United enjoyed success with the first three players to take seven as their squad number, with Eric Cantona, David Beckham and Cristiano Ronaldo carrying on the legacy left by the likes of George Best and Bryan Robson.
Subsequent incumbents, though, have struggled to live up to those lofty heights, with big names such as Michael Owen and Alexis Sanchez failing to produce their best.
Cavani will look to turn the tide and as the Uruguayan hopes for a first league start, the PA news agency takes a closer look at his predecessors.
The France star was the first to take number seven as an allocated squad number for United, having worn the shirt for some of the inaugural Premier League season when the traditional one-to-11 system was still in place. He wore the shirt – its collar turned up in trademark style – for four more seasons, contributing 55 goals and 40 assists despite serving an eight-month ban for a kung-fu kick on a Crystal Palace fan. There were plenty of memorable strikes along the way and Cantona was United's top scorer with 14 league goals in 1995-96, one of four title-winning seasons he enjoyed at Old Trafford.
Beckham announced himself with a famous goal from the halfway line while wearing number 10 but there is little doubt over his preference – he even gave his daughter Harper the middle name Seven after forging his reputation in that shirt for club and as captain of his country. He won four more league titles after inheriting the shirt full-time from Cantona in 1997, formed a superb right-sided partnership with Gary Neville and his crossing and free-kicks were vital to United's success.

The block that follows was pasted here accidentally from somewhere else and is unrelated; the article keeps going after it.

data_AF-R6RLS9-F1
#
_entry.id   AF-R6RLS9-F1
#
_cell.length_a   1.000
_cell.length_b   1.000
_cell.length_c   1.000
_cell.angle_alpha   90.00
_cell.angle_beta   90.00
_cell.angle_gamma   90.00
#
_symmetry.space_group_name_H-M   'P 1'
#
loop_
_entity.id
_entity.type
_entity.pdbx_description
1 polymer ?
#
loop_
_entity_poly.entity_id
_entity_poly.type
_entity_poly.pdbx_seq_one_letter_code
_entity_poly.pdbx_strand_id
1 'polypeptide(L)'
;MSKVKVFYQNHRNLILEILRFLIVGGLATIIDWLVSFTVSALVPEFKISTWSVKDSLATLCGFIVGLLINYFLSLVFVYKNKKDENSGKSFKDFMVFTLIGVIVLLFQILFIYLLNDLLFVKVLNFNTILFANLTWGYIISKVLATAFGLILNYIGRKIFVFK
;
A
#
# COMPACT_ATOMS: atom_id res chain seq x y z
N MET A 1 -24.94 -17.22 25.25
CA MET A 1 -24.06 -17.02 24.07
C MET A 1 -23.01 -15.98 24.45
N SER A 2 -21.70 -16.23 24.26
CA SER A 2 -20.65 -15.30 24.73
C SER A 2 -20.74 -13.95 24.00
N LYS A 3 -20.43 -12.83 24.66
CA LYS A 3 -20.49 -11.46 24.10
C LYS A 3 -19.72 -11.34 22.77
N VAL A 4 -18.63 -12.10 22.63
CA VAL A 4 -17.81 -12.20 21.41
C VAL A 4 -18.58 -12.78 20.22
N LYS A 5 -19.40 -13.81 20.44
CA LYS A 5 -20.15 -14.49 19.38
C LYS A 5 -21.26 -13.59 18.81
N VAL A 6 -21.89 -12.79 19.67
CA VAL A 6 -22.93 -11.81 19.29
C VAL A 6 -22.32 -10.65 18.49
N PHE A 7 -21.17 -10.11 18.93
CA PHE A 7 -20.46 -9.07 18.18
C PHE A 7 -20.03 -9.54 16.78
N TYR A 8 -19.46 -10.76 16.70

Who could follow Cantona and Beckham? Step forward Ronaldo, one of the greats of the modern era. He arrived from Sporting Lisbon as an unproven teenager and asked manager Sir Alex Ferguson for the number 28 shirt, only to be handed instead the famous number seven. Ronaldo increased his influence through each of his first five seasons, peaking with 31 league goals in 2007-08 as he won the Ballon d'Or and United claimed the second of three successive titles before his departure for Real Madrid.
Unlucky number seven
The shirt's five inhabitants since Ronaldo have managed only a combined total of 35 goals and assists in six seasons – not even matching the goal tally of Beckham, primarily a creator.
Owen scored five times in two injury-hit campaigns and while an exception can probably be made for Antonio Valencia, who wore the shirt for one season before switching as his role became steadily more defensive, his contribution of one goal and five assists was hardly in line with his predecessors.
Angel Di Maria's 10 assists in 27 league appearances was a good return, with three goals along the way, but the Argentinian never truly settled and moved on to Paris St Germain after a year.
Memphis Depay was a non-factor, scoring just twice, but the biggest disappointment was Sanchez.
The Chilean was established as Arsenal's star man but failed to replicate that form after an exchange deal involving Henrikh Mkhitaryan – and the accompanying grandiose announcement on social media. Three goals and six assists came in more than 30 games across two seasons before he joined Inter Milan, initially on loan and then a free transfer.